Brits prefer box sets to books, according to Sky Box Sets
Nearly two thirds of Britons would rather settle down to a TV box set than a good book, research has revealed.
The research, commissioned by Sky Box Sets, found that 64% of Brits would choose a box set over a book, rising to 82% of under-24s.
A quarter of respondents (27%) have three or more box sets on the go at any one time and on average recommend favourite shows to other people three times a week.
6% of 16 to 34-year-olds confess to pulling a sickie from work to catch up on their box set viewing, while 12% said they’d rather watch their favourite show than have sex with a partner.
According to the research, a quarter (24%) of box set lovers said TV is a hot topic on a first date, while 21% of 16 to 24-year-olds say they’ve judged wanting to get to know someone better on the basis of their favourite box set.
And at the other end of the scale, 9% admit they’ve tuned out after discovering their date was a fan of a show they didn’t like.
Box sets are such a part of everyday life, that for nearly a quarter of people (22%) they’re a regular topic of conversation at work.
More than half (52%) share their thoughts on what they’ve watched immediately on social media and 20% admit to feeling excluded if they hear others discussing a box set they haven’t yet seen.
To avoid that fear of missing out, dubbed FOMO, one in five people stay up all night to make sure they don’t miss out on the conversation.
For 10%, they’re not prepared to give up on their sleep but don’t want to look out of the loop, so lie about watching a box set episode, instead looking up episode synopses online.
It’s probably no surprise that according to the research, Game of Thrones is the number one show people fib about seeing.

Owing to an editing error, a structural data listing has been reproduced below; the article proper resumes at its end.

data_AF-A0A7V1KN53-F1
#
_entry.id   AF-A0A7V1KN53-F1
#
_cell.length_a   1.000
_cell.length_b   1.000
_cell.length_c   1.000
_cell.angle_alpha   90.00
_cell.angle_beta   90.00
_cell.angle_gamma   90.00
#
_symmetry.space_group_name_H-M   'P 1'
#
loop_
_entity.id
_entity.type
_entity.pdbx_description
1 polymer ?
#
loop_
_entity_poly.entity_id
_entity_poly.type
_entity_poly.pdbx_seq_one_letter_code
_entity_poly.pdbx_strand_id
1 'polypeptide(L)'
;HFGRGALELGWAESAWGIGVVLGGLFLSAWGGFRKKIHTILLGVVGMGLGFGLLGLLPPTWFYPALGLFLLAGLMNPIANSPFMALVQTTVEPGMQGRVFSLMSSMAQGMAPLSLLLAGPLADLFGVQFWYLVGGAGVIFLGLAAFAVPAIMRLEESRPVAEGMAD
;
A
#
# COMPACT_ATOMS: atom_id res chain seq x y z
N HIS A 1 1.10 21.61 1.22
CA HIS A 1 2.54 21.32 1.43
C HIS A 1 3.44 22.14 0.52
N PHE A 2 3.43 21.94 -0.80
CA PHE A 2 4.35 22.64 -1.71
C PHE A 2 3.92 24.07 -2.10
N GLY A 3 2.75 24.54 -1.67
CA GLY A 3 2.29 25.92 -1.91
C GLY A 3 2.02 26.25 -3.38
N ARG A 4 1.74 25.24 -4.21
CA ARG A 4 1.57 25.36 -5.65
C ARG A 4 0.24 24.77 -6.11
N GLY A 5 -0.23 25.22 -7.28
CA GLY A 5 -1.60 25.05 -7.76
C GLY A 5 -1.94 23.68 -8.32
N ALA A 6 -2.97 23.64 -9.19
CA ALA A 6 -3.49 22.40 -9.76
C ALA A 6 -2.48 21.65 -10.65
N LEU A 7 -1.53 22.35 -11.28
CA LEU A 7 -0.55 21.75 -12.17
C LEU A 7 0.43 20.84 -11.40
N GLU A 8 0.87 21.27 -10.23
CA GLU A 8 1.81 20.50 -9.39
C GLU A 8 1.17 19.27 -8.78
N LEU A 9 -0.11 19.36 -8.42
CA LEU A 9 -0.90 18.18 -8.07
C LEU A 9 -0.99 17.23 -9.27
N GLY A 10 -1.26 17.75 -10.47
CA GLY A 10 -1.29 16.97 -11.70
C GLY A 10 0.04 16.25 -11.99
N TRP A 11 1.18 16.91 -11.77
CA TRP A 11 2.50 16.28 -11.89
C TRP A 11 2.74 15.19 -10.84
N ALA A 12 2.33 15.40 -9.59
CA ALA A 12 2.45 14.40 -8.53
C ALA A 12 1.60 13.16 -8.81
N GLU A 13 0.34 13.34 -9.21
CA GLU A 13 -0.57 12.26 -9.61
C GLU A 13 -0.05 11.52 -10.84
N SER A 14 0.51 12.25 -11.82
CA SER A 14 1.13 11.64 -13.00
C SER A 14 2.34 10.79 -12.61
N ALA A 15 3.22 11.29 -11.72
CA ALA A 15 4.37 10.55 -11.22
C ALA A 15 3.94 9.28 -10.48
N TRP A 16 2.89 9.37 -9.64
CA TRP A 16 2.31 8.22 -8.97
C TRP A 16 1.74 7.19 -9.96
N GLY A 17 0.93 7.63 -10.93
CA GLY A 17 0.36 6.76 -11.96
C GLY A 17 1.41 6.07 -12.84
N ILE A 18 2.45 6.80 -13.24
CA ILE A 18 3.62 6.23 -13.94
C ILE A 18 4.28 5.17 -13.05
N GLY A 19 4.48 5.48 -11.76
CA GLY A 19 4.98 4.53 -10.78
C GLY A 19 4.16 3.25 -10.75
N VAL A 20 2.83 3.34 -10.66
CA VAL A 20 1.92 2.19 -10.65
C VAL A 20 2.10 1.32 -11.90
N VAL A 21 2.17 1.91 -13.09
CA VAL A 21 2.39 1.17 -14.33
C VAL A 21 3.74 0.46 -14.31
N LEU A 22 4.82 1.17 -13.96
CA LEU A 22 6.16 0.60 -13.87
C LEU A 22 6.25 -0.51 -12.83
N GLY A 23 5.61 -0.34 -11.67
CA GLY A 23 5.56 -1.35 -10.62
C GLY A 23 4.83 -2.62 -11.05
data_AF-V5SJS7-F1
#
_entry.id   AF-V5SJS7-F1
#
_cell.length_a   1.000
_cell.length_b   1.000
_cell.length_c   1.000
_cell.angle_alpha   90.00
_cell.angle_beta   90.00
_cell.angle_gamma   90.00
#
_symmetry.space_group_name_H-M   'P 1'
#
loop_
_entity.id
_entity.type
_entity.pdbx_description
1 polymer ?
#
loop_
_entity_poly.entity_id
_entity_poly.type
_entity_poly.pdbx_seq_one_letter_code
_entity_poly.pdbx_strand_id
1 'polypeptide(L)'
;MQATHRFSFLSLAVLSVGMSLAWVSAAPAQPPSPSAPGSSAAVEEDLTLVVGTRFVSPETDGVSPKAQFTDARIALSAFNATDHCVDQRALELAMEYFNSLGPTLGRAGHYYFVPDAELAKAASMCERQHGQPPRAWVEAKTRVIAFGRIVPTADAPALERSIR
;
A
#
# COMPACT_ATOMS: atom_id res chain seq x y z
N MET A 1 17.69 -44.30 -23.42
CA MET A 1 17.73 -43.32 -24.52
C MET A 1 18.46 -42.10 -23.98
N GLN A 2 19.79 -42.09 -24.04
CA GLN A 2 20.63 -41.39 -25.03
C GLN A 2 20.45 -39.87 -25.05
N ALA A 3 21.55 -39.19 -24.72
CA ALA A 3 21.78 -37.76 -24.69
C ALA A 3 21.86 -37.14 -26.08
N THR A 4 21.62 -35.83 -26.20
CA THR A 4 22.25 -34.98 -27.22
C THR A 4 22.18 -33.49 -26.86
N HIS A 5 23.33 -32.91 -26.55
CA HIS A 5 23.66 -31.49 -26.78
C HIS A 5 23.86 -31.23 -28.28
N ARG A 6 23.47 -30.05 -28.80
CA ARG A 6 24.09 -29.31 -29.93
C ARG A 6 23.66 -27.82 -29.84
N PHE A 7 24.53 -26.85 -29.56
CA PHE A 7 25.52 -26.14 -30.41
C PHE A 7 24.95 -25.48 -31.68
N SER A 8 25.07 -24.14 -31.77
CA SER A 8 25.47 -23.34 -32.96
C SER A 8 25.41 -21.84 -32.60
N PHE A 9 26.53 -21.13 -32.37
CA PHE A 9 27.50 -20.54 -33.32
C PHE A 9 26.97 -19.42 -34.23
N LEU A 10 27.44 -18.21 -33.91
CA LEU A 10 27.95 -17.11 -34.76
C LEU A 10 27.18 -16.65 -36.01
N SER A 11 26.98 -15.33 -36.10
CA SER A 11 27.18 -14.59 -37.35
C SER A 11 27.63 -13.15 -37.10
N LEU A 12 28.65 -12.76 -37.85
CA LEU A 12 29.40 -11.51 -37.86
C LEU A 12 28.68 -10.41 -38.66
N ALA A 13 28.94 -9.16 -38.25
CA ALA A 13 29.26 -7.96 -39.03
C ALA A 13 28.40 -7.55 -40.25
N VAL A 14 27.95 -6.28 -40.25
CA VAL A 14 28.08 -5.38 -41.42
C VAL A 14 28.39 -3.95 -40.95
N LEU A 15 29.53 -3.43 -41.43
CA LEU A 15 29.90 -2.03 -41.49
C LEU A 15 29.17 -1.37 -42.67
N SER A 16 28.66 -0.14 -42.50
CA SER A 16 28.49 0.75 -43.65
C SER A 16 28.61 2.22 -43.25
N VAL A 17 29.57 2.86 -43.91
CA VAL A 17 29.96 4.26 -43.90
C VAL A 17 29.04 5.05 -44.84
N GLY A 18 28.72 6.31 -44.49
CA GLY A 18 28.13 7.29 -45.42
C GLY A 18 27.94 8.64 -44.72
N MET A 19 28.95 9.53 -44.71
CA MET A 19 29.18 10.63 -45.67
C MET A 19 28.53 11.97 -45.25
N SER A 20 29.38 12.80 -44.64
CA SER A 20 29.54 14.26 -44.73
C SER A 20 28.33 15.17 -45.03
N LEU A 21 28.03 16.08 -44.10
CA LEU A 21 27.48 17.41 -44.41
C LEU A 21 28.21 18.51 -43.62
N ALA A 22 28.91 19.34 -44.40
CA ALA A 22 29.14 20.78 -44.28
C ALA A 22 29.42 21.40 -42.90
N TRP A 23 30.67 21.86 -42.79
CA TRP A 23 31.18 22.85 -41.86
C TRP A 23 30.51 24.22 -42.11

'Connecting with others'
Behavioural psychologist Emma Kenny said the research showed people’s need for “shared experiences”.
“The most important part of being human is connecting with others, and we should celebrate what helps us do that.
“Compared to books, box sets are a new phenomenon, but one nonetheless that gets people talking and connecting.
"With one in five people admitting to cheating, by looking up episodes they have missed online, it demonstrates the importance of feeling part of something.
“The best part the box set trend is the democracy involved. Box sets transcend social divides cutting across economic status and education and enable us to come together as a whole.”
With shows like Game of Thrones, the X-Files and The Walking Dead drawing cult followings, 73% of under-24s and 57% of 25 to 34-year-olds said they would love to join a club to talk about their shows.
Sky Box Sets has launched its Sky Box Sets Club, which will help people talk about the box sets they love with friends and family, through tools like ice-breakers and discussion points.
Luke Bradley-Jones, director of TV and content products at Sky, said: “With more and more people preferring to relax in front of a good box set rather than pick up a book, we want to help them kick start their conversations through Sky Box Sets Club.
“It is a brilliant new way to catch up with friends, at home or online, over a shared love of addictively good TV shows.”
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